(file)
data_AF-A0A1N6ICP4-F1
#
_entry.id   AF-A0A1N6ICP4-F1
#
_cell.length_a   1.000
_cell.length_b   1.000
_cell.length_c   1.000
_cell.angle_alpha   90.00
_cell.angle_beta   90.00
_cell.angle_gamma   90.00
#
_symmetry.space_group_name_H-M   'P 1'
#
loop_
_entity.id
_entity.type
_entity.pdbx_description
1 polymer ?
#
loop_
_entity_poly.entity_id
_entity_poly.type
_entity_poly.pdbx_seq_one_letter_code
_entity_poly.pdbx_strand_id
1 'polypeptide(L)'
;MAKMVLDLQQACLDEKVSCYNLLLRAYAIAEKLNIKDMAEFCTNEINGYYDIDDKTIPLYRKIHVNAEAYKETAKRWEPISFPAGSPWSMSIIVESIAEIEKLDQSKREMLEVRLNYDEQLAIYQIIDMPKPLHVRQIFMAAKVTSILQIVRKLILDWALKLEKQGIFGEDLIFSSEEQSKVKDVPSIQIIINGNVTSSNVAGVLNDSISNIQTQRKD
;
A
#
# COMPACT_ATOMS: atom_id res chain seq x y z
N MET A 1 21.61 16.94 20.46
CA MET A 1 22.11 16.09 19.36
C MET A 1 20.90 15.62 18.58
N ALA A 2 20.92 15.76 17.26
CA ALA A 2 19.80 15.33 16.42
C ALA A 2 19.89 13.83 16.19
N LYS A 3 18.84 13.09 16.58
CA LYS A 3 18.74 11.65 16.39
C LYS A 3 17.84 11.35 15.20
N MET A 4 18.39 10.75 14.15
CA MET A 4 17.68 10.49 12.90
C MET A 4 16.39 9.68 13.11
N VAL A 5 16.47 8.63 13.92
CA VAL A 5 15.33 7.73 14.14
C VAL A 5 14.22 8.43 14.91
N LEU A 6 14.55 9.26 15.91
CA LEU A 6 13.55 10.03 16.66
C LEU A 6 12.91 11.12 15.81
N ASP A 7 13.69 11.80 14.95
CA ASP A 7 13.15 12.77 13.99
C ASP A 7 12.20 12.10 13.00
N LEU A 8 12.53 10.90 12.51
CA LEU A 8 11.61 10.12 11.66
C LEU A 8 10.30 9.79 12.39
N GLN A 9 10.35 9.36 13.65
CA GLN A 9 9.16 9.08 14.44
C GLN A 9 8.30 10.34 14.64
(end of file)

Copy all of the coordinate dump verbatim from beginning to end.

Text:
data_AF-A0A1N6ICP4-F1
#
_entry.id   AF-A0A1N6ICP4-F1
#
_cell.length_a   1.000
_cell.length_b   1.000
_cell.length_c   1.000
_cell.angle_alpha   90.00
_cell.angle_beta   90.00
_cell.angle_gamma   90.00
#
_symmetry.space_group_name_H-M   'P 1'
#
loop_
_entity.id
_entity.type
_entity.pdbx_description
1 polymer ?
#
loop_
_entity_poly.entity_id
_entity_poly.type
_entity_poly.pdbx_seq_one_letter_code
_entity_poly.pdbx_strand_id
1 'polypeptide(L)'
;MAKMVLDLQQACLDEKVSCYNLLLRAYAIAEKLNIKDMAEFCTNEINGYYDIDDKTIPLYRKIHVNAEAYKETAKRWEPISFPAGSPWSMSIIVESIAEIEKLDQSKREMLEVRLNYDEQLAIYQIIDMPKPLHVRQIFMAAKVTSILQIVRKLILDWALKLEKQGIFGEDLIFSSEEQSKVKDVPSIQIIINGNVTSSNVAGVLNDSISNIQTQRKD
;
A
#
# COMPACT_ATOMS: atom_id res chain seq x y z
N MET A 1 21.61 16.94 20.46
CA MET A 1 22.11 16.09 19.36
C MET A 1 20.90 15.62 18.58
N ALA A 2 20.92 15.76 17.26
CA ALA A 2 19.80 15.33 16.42
C ALA A 2 19.89 13.83 16.19
N LYS A 3 18.84 13.09 16.58
CA LYS A 3 18.74 11.65 16.39
C LYS A 3 17.84 11.35 15.20
N MET A 4 18.39 10.75 14.15
CA MET A 4 17.68 10.49 12.90
C MET A 4 16.39 9.68 13.11
N VAL A 5 16.47 8.63 13.92
CA VAL A 5 15.33 7.73 14.14
C VAL A 5 14.22 8.43 14.91
N LEU A 6 14.55 9.26 15.91
CA LEU A 6 13.55 10.03 16.66
C LEU A 6 12.91 11.12 15.81
N ASP A 7 13.69 11.80 14.95
CA ASP A 7 13.15 12.77 13.99
C ASP A 7 12.20 12.10 13.00
N LEU A 8 12.53 10.90 12.51
CA LEU A 8 11.61 10.12 11.66
C LEU A 8 10.30 9.79 12.39
N GLN A 9 10.35 9.36 13.65
CA GLN A 9 9.16 9.08 14.44
C GLN A 9 8.30 10.34 14.64